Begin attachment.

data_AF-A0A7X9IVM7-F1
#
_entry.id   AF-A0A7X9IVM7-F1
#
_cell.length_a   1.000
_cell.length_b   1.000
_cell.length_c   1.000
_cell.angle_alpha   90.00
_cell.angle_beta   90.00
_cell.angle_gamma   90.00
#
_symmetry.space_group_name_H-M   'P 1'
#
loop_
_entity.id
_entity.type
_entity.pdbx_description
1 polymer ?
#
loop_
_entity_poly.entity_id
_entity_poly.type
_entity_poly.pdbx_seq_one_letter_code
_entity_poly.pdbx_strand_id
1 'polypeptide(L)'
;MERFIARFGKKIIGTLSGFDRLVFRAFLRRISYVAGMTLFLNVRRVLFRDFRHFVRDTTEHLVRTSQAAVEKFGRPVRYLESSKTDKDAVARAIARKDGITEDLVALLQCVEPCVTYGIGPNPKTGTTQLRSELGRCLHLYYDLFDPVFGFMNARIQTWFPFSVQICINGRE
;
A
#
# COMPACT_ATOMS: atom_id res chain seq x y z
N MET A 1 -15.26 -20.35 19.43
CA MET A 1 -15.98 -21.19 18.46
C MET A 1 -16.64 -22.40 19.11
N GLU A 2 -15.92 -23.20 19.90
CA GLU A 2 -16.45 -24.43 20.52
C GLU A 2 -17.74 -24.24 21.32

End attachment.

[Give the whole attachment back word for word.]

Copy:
data_AF-A0A7X9IVM7-F1
#
_entry.id   AF-A0A7X9IVM7-F1
#
_cell.length_a   1.000
_cell.length_b   1.000
_cell.length_c   1.000
_cell.angle_alpha   90.00
_cell.angle_beta   90.00
_cell.angle_gamma   90.00
#
_symmetry.space_group_name_H-M   'P 1'
#
loop_
_entity.id
_entity.type
_entity.pdbx_description
1 polymer ?
#
loop_
_entity_poly.entity_id
_entity_poly.type
_entity_poly.pdbx_seq_one_letter_code
_entity_poly.pdbx_strand_id
1 'polypeptide(L)'
;MERFIARFGKKIIGTLSGFDRLVFRAFLRRISYVAGMTLFLNVRRVLFRDFRHFVRDTTEHLVRTSQAAVEKFGRPVRYLESSKTDKDAVARAIARKDGITEDLVALLQCVEPCVTYGIGPNPKTGTTQLRSELGRCLHLYYDLFDPVFGFMNARIQTWFPFSVQICINGRE
;
A
#
# COMPACT_ATOMS: atom_id res chain seq x y z
N MET A 1 -15.26 -20.35 19.43
CA MET A 1 -15.98 -21.19 18.46
C MET A 1 -16.64 -22.40 19.11
N GLU A 2 -15.92 -23.20 19.90
CA GLU A 2 -16.45 -24.43 20.52
C GLU A 2 -17.74 -24.24 21.32